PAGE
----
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Exporting Environmental Protection

December 1993

Citation: 23 ELR 10701

Issue: 12

Author: Ruth Greenspan Bell

To help create a working system of environmental regulation and enforcement in Central and Eastern Europe and the former Soviet Union ("the region"), those engaged in U.S. environmental assistance efforts must be sensitive to the institutional and cultural realities of the region. Most governments there have little experience in effective environmental protection, despite the long-standing existence of laws and some formal institutions which address environmental issues. For most of these countries, environmental protection has a relatively low priority compared to pressing economic demands.1 Additionally, although the experience gained in building environmental protection and enforcement institutions in the United States has much to offer the region, efforts to transplant concepts and institutions that have worked in the United States cannot succeed without consideration of the unique culture, experiences, and perceptions of the people of the region.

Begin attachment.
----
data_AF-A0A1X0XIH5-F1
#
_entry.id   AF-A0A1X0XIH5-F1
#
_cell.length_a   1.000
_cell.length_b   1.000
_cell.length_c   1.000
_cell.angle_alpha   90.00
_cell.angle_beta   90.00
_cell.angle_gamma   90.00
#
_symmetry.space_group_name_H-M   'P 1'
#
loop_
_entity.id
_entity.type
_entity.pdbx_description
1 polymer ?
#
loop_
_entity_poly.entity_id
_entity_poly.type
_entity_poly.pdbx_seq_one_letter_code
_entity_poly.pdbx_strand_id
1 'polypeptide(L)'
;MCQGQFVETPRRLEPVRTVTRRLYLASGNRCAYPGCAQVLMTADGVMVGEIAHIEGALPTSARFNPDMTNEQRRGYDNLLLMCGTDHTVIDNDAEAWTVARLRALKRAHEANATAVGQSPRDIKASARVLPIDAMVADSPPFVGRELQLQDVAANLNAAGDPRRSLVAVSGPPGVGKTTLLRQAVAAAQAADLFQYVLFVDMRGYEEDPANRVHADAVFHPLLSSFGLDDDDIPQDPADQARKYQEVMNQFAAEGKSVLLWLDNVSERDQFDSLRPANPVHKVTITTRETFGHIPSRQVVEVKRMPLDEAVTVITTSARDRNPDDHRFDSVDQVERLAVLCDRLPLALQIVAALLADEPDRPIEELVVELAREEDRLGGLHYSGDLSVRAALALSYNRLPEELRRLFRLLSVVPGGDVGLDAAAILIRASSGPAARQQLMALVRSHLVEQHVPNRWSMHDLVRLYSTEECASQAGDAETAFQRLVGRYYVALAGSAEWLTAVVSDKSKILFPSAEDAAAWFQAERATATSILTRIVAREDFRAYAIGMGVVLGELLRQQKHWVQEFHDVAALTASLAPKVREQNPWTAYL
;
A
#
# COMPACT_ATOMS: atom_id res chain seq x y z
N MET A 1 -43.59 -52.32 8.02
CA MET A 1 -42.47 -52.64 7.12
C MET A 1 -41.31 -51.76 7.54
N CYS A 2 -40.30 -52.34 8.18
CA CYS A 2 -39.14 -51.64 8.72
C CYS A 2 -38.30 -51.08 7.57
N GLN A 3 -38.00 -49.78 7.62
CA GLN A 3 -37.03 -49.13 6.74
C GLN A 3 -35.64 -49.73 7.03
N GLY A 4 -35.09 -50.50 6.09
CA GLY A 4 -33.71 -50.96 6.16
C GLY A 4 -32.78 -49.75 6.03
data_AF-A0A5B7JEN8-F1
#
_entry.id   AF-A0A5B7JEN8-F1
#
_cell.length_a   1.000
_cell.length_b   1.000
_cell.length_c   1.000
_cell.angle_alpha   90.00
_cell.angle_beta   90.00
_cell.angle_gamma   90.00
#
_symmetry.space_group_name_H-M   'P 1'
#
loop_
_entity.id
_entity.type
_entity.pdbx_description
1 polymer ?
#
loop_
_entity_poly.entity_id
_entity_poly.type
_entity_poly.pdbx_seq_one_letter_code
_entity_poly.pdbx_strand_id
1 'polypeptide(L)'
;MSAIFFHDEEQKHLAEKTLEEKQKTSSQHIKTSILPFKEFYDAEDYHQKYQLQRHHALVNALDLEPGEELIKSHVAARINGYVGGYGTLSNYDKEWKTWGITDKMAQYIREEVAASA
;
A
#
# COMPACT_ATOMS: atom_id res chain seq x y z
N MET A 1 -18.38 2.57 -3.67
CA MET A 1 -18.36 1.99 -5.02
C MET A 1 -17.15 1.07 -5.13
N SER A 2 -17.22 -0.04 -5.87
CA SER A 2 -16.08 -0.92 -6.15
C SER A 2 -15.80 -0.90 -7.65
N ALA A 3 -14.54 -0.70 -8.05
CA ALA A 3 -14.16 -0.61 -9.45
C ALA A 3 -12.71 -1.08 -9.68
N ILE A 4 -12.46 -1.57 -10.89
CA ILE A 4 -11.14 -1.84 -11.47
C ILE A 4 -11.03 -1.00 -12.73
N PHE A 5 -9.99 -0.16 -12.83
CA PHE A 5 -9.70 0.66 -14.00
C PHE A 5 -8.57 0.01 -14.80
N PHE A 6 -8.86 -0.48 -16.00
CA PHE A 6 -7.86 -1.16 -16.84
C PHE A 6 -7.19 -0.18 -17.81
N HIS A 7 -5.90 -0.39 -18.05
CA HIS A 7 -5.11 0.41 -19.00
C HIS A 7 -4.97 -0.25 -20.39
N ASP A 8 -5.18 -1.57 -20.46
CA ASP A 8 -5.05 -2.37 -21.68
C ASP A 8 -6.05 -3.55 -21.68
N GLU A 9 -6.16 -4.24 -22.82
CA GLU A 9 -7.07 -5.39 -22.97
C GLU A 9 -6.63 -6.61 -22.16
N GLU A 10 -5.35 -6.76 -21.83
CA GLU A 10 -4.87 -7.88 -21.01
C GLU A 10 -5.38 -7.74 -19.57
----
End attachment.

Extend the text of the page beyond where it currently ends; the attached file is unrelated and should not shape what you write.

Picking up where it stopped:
Conditions that have provided fertile ground for environmental protection in the United States include cultural attitudes shaped by affluence, established free market institutions, heavily developed communication and other infrastructures, private industry sectors that seek profits from managing pollution and waste disposal, and industries that have learned to incorporate environmental considerations into their businesses. Such advantages are rare in Central and Eastern Europe and are largely absent in the former Soviet Union. Environmental professionals participating in U.S. assistance efforts, however, sometimes fail to notice this difference2 or to consider how it affects public acceptance of environmental programs.3

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